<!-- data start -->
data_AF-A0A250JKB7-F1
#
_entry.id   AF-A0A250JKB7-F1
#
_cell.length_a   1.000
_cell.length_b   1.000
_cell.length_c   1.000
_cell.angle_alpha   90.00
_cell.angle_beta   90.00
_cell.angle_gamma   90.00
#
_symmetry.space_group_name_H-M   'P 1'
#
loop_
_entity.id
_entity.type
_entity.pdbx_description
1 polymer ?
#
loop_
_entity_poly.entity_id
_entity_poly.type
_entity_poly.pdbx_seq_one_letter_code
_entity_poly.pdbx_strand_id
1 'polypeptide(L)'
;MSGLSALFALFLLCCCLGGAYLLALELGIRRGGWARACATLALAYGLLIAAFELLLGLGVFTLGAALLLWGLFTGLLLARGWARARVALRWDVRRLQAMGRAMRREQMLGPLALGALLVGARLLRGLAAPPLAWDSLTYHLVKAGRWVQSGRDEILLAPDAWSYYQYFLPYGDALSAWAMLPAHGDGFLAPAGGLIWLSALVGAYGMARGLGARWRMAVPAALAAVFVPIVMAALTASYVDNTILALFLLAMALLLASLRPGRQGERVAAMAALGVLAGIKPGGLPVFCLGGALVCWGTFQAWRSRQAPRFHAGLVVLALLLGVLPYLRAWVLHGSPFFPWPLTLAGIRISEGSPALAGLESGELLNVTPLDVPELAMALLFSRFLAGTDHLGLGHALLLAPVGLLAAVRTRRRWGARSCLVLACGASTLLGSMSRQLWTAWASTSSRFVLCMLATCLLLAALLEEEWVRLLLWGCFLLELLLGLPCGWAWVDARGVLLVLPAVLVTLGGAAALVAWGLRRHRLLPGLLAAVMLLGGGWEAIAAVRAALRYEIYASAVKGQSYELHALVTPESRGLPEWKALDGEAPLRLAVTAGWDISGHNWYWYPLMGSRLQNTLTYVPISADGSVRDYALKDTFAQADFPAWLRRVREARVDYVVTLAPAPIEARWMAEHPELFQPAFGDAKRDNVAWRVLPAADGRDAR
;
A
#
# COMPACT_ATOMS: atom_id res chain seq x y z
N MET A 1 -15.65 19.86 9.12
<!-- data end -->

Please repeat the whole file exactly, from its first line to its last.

data_AF-A0A250JKB7-F1
#
_entry.id   AF-A0A250JKB7-F1
#
_cell.length_a   1.000
_cell.length_b   1.000
_cell.length_c   1.000
_cell.angle_alpha   90.00
_cell.angle_beta   90.00
_cell.angle_gamma   90.00
#
_symmetry.space_group_name_H-M   'P 1'
#
loop_
_entity.id
_entity.type
_entity.pdbx_description
1 polymer ?
#
loop_
_entity_poly.entity_id
_entity_poly.type
_entity_poly.pdbx_seq_one_letter_code
_entity_poly.pdbx_strand_id
1 'polypeptide(L)'
;MSGLSALFALFLLCCCLGGAYLLALELGIRRGGWARACATLALAYGLLIAAFELLLGLGVFTLGAALLLWGLFTGLLLARGWARARVALRWDVRRLQAMGRAMRREQMLGPLALGALLVGARLLRGLAAPPLAWDSLTYHLVKAGRWVQSGRDEILLAPDAWSYYQYFLPYGDALSAWAMLPAHGDGFLAPAGGLIWLSALVGAYGMARGLGARWRMAVPAALAAVFVPIVMAALTASYVDNTILALFLLAMALLLASLRPGRQGERVAAMAALGVLAGIKPGGLPVFCLGGALVCWGTFQAWRSRQAPRFHAGLVVLALLLGVLPYLRAWVLHGSPFFPWPLTLAGIRISEGSPALAGLESGELLNVTPLDVPELAMALLFSRFLAGTDHLGLGHALLLAPVGLLAAVRTRRRWGARSCLVLACGASTLLGSMSRQLWTAWASTSSRFVLCMLATCLLLAALLEEEWVRLLLWGCFLLELLLGLPCGWAWVDARGVLLVLPAVLVTLGGAAALVAWGLRRHRLLPGLLAAVMLLGGGWEAIAAVRAALRYEIYASAVKGQSYELHALVTPESRGLPEWKALDGEAPLRLAVTAGWDISGHNWYWYPLMGSRLQNTLTYVPISADGSVRDYALKDTFAQADFPAWLRRVREARVDYVVTLAPAPIEARWMAEHPELFQPAFGDAKRDNVAWRVLPAADGRDAR
;
A
#
# COMPACT_ATOMS: atom_id res chain seq x y z
N MET A 1 -15.65 19.86 9.12